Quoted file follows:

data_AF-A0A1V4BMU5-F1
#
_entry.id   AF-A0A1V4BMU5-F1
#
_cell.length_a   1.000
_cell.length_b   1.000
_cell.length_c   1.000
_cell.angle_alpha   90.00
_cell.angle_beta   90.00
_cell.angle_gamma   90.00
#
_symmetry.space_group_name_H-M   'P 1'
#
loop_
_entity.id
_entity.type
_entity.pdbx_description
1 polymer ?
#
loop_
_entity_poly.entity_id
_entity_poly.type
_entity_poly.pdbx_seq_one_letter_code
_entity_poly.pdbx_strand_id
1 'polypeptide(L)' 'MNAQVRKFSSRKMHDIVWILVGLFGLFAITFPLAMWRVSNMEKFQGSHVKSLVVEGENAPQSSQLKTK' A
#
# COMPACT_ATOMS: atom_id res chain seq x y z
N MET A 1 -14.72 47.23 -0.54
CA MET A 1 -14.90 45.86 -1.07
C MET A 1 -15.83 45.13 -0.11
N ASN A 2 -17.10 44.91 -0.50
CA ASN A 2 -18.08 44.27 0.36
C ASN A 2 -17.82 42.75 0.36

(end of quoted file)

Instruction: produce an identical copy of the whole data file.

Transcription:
data_AF-A0A1V4BMU5-F1
#
_entry.id   AF-A0A1V4BMU5-F1
#
_cell.length_a   1.000
_cell.length_b   1.000
_cell.length_c   1.000
_cell.angle_alpha   90.00
_cell.angle_beta   90.00
_cell.angle_gamma   90.00
#
_symmetry.space_group_name_H-M   'P 1'
#
loop_
_entity.id
_entity.type
_entity.pdbx_description
1 polymer ?
#
loop_
_entity_poly.entity_id
_entity_poly.type
_entity_poly.pdbx_seq_one_letter_code
_entity_poly.pdbx_strand_id
1 'polypeptide(L)' 'MNAQVRKFSSRKMHDIVWILVGLFGLFAITFPLAMWRVSNMEKFQGSHVKSLVVEGENAPQSSQLKTK' A
#
# COMPACT_ATOMS: atom_id res chain seq x y z
N MET A 1 -14.72 47.23 -0.54
CA MET A 1 -14.90 45.86 -1.07
C MET A 1 -15.83 45.13 -0.11
N ASN A 2 -17.10 44.91 -0.50
CA ASN A 2 -18.08 44.27 0.36
C ASN A 2 -17.82 42.75 0.36